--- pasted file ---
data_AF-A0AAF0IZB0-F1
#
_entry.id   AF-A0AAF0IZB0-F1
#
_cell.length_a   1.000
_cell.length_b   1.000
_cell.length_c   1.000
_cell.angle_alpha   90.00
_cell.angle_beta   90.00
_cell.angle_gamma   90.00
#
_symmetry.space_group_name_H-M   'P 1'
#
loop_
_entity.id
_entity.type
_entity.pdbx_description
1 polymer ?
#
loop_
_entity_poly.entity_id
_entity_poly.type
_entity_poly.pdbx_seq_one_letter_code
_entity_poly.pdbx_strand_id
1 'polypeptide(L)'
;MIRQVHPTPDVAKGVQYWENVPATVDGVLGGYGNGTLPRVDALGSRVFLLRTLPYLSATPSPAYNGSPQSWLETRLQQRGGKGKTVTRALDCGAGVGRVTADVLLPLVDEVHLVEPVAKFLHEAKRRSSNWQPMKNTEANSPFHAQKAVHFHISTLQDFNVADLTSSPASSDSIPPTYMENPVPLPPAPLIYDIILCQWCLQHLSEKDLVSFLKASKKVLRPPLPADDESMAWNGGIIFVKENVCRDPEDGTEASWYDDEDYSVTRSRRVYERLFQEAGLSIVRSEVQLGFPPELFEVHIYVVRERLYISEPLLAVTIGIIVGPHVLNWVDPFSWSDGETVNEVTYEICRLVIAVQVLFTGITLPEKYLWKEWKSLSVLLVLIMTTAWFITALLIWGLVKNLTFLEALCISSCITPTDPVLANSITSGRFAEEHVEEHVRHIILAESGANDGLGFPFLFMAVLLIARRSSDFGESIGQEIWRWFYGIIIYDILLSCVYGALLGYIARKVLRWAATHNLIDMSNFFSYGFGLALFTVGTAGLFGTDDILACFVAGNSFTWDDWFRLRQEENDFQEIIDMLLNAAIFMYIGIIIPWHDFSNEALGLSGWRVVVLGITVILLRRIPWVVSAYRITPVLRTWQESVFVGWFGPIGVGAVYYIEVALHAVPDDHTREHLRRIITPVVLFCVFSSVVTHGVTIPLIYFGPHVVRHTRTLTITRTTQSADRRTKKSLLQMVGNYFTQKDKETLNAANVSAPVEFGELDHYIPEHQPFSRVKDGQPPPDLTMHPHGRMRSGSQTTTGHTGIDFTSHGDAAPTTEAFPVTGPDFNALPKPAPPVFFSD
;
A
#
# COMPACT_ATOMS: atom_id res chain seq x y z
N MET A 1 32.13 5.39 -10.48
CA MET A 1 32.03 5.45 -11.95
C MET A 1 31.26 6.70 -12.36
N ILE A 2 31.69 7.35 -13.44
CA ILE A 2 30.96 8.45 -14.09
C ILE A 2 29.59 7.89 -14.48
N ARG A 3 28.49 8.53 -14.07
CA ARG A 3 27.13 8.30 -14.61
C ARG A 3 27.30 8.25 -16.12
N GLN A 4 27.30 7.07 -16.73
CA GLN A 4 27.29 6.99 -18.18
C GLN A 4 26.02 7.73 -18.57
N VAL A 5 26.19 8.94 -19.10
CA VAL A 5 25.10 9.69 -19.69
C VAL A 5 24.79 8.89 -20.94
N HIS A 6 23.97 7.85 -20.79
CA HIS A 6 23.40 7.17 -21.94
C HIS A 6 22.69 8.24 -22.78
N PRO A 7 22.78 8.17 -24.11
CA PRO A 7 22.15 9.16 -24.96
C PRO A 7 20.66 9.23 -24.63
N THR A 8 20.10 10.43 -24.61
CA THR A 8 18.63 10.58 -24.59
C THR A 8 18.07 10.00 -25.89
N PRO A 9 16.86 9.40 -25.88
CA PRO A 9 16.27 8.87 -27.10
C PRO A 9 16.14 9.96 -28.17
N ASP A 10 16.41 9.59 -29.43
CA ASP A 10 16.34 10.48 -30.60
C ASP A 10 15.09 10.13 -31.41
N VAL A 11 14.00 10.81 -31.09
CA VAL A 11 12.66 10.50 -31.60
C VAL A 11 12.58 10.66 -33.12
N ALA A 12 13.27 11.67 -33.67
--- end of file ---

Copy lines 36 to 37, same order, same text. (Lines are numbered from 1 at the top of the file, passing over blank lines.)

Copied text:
C ILE A 2 29.59 7.89 -14.48
N ARG A 3 28.49 8.53 -14.07